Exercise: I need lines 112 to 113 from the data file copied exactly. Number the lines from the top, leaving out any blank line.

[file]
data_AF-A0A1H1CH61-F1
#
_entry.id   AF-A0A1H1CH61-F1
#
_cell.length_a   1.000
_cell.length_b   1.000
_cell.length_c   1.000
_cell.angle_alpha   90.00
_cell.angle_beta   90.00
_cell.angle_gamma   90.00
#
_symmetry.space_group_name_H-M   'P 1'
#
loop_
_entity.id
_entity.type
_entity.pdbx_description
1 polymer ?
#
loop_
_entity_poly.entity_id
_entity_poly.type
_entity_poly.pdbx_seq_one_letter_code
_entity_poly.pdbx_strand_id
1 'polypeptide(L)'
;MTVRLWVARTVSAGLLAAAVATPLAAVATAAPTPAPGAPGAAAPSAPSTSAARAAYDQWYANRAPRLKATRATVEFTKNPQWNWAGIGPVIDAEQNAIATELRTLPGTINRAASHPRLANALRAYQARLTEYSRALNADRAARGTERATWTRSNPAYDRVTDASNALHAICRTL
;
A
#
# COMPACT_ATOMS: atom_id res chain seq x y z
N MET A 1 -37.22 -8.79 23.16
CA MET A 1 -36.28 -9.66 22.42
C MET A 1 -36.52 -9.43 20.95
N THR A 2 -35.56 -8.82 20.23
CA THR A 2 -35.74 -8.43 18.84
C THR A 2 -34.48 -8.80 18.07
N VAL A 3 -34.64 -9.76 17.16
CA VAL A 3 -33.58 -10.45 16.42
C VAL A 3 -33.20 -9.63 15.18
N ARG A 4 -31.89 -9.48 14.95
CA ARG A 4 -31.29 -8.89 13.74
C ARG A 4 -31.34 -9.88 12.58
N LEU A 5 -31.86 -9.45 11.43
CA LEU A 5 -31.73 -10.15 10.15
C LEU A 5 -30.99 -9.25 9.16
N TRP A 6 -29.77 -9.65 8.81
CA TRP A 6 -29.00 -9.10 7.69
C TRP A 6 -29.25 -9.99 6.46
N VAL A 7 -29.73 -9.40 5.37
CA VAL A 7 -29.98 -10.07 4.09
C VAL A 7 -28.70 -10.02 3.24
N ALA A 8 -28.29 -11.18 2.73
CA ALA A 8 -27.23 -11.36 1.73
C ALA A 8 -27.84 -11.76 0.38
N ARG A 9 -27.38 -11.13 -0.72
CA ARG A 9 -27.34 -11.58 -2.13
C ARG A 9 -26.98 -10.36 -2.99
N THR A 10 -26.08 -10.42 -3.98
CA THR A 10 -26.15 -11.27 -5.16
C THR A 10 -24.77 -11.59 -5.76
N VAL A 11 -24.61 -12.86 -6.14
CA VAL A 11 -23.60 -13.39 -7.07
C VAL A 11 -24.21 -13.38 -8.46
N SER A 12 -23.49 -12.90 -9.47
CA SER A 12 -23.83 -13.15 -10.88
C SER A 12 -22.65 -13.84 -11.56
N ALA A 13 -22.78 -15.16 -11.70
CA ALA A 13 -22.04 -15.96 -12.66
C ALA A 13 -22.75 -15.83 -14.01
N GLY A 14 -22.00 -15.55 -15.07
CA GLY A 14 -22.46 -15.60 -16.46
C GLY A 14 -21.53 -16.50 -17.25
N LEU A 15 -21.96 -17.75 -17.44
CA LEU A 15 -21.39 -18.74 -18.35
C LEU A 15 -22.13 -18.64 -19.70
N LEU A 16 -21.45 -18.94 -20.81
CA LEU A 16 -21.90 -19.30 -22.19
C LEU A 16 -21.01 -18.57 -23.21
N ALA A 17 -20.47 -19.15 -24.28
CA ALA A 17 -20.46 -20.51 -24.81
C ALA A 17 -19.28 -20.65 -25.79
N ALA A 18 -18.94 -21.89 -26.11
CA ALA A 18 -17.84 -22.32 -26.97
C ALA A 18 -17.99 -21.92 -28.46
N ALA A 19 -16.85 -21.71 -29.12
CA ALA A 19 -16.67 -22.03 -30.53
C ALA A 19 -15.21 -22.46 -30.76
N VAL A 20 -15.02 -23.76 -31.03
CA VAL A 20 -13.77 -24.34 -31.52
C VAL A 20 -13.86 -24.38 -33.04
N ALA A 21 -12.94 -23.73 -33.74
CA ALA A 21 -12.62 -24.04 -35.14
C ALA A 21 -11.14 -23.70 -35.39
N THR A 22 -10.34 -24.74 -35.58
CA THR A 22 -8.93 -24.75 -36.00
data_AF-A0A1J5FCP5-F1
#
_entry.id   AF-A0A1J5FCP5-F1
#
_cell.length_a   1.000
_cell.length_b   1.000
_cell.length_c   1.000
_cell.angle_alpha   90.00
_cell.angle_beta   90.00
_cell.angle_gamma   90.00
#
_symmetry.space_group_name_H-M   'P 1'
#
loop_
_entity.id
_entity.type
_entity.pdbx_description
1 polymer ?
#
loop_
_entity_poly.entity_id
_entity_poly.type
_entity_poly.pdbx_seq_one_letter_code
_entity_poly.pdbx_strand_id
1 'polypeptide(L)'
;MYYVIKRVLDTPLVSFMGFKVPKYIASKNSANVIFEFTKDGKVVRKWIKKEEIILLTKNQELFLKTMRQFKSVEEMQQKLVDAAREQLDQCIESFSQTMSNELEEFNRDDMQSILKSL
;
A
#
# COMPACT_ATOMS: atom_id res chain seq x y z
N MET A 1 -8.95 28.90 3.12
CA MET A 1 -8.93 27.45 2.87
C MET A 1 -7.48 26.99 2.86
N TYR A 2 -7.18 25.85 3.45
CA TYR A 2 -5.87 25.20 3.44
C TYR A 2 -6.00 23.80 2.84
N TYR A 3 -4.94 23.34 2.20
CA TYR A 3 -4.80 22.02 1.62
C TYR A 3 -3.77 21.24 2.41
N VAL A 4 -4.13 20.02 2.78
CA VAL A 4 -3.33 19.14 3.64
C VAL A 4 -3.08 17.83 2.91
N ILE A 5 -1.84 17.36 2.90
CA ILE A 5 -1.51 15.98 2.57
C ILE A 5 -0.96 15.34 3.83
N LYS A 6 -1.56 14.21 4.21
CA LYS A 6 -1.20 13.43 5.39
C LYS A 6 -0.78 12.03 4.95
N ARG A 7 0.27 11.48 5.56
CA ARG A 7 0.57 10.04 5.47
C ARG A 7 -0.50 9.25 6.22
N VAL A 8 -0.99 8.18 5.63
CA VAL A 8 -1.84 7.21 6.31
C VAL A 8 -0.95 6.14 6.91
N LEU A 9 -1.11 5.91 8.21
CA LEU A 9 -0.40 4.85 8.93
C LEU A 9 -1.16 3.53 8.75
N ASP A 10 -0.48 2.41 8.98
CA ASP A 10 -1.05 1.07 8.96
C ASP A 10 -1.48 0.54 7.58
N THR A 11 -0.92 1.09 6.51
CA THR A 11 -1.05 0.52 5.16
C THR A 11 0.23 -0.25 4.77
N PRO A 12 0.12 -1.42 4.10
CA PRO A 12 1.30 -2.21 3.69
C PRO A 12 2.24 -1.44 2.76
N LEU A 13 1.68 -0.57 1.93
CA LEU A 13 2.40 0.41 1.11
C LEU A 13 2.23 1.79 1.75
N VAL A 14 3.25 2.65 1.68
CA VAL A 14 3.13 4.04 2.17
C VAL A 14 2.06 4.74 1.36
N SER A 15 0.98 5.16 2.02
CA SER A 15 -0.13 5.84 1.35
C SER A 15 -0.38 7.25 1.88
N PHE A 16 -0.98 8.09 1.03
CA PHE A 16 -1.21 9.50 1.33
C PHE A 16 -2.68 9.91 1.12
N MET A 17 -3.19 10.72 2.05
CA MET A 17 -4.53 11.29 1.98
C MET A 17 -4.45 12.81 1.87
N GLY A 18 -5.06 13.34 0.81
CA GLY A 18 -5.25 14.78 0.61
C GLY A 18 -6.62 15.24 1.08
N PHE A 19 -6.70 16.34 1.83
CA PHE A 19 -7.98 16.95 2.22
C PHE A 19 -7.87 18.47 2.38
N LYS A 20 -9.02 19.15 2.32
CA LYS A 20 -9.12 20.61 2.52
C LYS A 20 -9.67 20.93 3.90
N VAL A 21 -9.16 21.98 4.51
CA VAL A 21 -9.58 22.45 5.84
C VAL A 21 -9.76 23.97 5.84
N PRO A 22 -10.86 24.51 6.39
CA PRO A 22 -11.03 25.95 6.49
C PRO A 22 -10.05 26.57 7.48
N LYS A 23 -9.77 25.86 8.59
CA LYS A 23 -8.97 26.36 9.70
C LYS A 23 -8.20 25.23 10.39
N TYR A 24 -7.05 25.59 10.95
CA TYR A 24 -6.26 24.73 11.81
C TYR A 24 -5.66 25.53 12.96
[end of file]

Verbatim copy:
_entity.pdbx_description
1 polymer ?